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Beyond Traditional Approaches to Ethics

The traditional approach to ethics in the helping professions has been a reliance on codes of ethics and decision-making models as the primary means to understand and resolve ethical tensions. However practitioners have found these strategies inadequate and often express feeling isolated, unsupported and without satisfactory analytical tools to deal with their ethical struggles. This is particularly true in an era in which the social safety net has eroded and concerns about the bottom line have infiltrated the delivery of social services. Also, individual differences have a significant impact on workers’ management of ethical complexities but little attention has been given to how difference influences the resolution of ethical problems for professionals.

our code of ethics is so vague.

how do you really effectively support young women when you have such a constricting box that you have to work out of?

Merlinda

Dr. Merlinda Weinberg and Questions on Ethics

Dr. Merlinda Weinberg provides a unique perspective on ethics in the helping professions. The traditional approach has focused on the dyadic relationship between worker and client/patient and has spotlighted codes of ethics.  Dr. Weinberg has critiqued this social construction of ethics as inadequate, offering new and expanded ways of conceptualizing professional ethics. Dr. Weinberg’s research explores the paradoxes and constraints in practice, as well as connecting the subjective experiences of practitioners (emphasizing diversity) with the impact of socio-political aspects such as restructuring and the neo-liberal environment. She explores how providers, in their understanding and implementation of ethics, foster and/or resist inequities in the helping relationship, with a view to establishing knowledge that could increase social equality for service users.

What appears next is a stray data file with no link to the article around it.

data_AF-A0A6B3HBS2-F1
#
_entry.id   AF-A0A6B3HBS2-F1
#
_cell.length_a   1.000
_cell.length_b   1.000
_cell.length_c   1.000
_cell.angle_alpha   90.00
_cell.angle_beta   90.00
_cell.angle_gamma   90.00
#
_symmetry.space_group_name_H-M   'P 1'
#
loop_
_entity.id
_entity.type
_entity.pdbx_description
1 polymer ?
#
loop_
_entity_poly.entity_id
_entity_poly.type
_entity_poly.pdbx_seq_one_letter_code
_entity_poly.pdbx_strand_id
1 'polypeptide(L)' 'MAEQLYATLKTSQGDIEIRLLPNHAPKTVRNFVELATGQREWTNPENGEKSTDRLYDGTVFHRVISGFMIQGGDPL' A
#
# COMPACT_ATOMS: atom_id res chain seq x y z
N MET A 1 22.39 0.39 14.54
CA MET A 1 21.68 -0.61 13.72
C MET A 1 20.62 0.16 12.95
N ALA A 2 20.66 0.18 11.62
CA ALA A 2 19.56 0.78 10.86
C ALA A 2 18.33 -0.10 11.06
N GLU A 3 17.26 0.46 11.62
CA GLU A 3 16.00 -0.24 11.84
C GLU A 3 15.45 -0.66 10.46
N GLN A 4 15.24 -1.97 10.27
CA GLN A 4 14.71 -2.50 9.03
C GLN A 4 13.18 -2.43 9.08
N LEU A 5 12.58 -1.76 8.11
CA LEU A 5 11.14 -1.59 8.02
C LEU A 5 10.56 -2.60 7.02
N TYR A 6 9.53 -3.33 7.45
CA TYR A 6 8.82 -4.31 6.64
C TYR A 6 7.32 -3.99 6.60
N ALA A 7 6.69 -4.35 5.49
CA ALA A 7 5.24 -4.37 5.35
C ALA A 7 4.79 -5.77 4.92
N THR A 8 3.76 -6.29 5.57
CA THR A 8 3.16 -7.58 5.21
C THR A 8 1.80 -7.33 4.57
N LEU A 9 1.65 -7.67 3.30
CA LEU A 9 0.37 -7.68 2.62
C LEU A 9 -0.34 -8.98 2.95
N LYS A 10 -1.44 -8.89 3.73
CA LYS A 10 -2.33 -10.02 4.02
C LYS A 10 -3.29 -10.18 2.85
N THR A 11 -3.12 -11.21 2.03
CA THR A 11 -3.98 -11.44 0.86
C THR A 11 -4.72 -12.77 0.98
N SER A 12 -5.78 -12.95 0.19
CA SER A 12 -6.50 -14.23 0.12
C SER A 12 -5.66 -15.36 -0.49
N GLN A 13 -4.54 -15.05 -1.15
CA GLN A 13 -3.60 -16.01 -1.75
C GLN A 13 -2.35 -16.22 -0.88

Dr. Merlinda Weinberg , a professor at Dalhousie University in the School of Social Work , has engaged in a number of research projects to explore these concerns and to expand the way in which ethics is understood. She has provided a forum for practitioners to discuss issues that arise in their day to day work and has developed a list of analytical tools to broaden the strategies available to practitioners for looking at ethical concerns. Dip into the research, participate in the discussion forum about ethics in the helping professions, and consider questions such as:

  • What becomes an ethical concern for a worker in the helping professions? Why?
  • What are the barriers and constraints in our current society that present ethical challenges for workers?
  • How does difference (someone’s race, seniority, or geographic location, as examples) influence what someone sees as ethically problematic?
  • How do those differences change the way an individual resolves an ethical struggle?
  • What strategies have workers arrived at to behave in manners that they view as ethical?
  • How do we foster ethical solutions that reduce the social inequities in our society?
  • How do language and discourse shape what is viewed as ethical?